Anna Ticknor, a Boston Brahmin, founded America's first correspondence school. Hailing from across the nation, all students were women. The letters they exchanged with their instructors between 1873 and 1897 opened up flexible spaces of self-definition, encouragement, and disguise that came to mediate—and enable—a new kind of women's education in Victorian–era America.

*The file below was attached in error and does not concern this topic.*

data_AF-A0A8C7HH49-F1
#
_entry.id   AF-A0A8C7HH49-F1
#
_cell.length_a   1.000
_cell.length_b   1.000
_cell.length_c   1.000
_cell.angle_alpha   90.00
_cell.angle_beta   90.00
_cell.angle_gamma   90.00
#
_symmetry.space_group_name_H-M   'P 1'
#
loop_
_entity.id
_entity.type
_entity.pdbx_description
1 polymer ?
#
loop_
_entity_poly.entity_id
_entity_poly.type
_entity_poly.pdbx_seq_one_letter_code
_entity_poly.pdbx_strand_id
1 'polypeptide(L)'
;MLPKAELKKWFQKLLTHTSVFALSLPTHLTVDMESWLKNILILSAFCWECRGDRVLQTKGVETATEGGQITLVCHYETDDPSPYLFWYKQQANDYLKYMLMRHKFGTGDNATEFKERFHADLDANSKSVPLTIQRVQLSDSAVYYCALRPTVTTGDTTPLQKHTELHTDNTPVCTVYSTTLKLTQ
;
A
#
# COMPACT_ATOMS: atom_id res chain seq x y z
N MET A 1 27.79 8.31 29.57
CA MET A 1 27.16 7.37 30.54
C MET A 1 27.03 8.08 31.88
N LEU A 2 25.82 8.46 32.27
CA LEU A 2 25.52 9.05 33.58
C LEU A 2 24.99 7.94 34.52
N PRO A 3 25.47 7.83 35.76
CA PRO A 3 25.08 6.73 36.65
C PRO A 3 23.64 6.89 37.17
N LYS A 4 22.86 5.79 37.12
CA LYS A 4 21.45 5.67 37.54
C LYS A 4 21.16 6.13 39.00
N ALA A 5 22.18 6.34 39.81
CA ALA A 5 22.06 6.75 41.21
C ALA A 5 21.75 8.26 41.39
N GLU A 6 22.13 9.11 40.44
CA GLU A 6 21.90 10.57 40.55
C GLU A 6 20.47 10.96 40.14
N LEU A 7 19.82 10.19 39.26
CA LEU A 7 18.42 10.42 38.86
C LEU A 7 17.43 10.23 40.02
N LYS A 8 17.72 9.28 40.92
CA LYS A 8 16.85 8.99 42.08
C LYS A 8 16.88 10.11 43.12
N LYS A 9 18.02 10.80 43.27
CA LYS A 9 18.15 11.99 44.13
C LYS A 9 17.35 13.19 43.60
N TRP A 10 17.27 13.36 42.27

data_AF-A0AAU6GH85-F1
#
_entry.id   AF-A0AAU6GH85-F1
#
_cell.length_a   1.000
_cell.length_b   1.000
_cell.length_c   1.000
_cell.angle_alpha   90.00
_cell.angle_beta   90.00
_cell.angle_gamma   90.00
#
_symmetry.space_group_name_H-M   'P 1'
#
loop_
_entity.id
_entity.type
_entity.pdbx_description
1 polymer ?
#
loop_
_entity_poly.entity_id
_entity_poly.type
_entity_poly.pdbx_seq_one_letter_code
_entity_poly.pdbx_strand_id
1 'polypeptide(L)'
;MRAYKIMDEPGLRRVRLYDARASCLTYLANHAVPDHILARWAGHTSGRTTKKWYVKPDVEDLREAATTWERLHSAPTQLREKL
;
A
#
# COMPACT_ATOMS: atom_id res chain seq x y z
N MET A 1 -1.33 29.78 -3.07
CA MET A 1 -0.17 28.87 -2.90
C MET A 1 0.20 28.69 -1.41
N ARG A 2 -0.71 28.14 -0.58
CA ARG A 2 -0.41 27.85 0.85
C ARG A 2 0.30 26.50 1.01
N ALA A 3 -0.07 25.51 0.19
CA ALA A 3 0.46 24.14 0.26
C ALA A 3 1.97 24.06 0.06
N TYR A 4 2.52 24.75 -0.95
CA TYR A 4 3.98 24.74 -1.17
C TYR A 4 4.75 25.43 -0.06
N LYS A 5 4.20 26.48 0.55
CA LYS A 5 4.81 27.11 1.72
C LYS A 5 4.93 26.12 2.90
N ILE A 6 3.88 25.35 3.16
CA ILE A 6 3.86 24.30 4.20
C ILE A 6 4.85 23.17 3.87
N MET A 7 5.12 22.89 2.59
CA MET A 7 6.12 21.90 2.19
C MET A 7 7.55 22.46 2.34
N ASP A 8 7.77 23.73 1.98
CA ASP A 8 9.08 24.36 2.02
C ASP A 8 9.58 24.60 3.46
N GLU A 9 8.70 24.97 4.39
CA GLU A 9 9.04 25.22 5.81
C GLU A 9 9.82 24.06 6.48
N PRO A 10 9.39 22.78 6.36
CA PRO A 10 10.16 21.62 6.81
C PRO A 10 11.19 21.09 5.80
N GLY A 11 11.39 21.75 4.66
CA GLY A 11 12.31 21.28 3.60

This content is only available as a PDF.
You do not currently have access to this content.